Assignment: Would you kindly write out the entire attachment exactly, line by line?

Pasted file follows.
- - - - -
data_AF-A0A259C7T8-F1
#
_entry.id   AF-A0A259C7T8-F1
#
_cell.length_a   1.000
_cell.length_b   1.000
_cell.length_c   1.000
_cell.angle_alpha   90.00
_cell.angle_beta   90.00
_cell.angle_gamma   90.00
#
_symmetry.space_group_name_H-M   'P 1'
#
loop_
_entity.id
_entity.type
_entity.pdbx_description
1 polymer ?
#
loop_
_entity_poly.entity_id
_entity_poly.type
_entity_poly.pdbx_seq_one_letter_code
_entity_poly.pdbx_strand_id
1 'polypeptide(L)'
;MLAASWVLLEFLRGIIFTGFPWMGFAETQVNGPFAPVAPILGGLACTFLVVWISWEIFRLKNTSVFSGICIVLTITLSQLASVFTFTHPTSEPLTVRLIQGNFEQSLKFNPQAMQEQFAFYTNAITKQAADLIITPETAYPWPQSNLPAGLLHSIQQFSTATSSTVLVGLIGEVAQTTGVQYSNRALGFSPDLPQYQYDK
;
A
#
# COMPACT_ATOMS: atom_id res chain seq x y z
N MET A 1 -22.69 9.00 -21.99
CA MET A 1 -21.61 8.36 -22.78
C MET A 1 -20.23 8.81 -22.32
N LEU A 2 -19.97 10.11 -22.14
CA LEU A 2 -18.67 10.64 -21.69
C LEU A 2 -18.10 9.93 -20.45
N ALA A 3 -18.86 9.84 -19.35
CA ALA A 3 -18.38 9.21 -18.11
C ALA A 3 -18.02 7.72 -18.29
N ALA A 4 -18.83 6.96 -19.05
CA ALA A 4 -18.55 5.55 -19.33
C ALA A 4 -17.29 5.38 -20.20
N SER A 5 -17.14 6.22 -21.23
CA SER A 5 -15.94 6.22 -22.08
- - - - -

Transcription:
data_AF-A0A259C7T8-F1
#
_entry.id   AF-A0A259C7T8-F1
#
_cell.length_a   1.000
_cell.length_b   1.000
_cell.length_c   1.000
_cell.angle_alpha   90.00
_cell.angle_beta   90.00
_cell.angle_gamma   90.00
#
_symmetry.space_group_name_H-M   'P 1'
#
loop_
_entity.id
_entity.type
_entity.pdbx_description
1 polymer ?
#
loop_
_entity_poly.entity_id
_entity_poly.type
_entity_poly.pdbx_seq_one_letter_code
_entity_poly.pdbx_strand_id
1 'polypeptide(L)'
;MLAASWVLLEFLRGIIFTGFPWMGFAETQVNGPFAPVAPILGGLACTFLVVWISWEIFRLKNTSVFSGICIVLTITLSQLASVFTFTHPTSEPLTVRLIQGNFEQSLKFNPQAMQEQFAFYTNAITKQAADLIITPETAYPWPQSNLPAGLLHSIQQFSTATSSTVLVGLIGEVAQTTGVQYSNRALGFSPDLPQYQYDK
;
A
#
# COMPACT_ATOMS: atom_id res chain seq x y z
N MET A 1 -22.69 9.00 -21.99
CA MET A 1 -21.61 8.36 -22.78
C MET A 1 -20.23 8.81 -22.32
N LEU A 2 -19.97 10.11 -22.14
CA LEU A 2 -18.67 10.64 -21.69
C LEU A 2 -18.10 9.93 -20.45
N ALA A 3 -18.86 9.84 -19.35
CA ALA A 3 -18.38 9.21 -18.11
C ALA A 3 -18.02 7.72 -18.29
N ALA A 4 -18.83 6.96 -19.05
CA ALA A 4 -18.55 5.55 -19.33
C ALA A 4 -17.29 5.38 -20.20
N SER A 5 -17.14 6.22 -21.23
CA SER A 5 -15.94 6.22 -22.08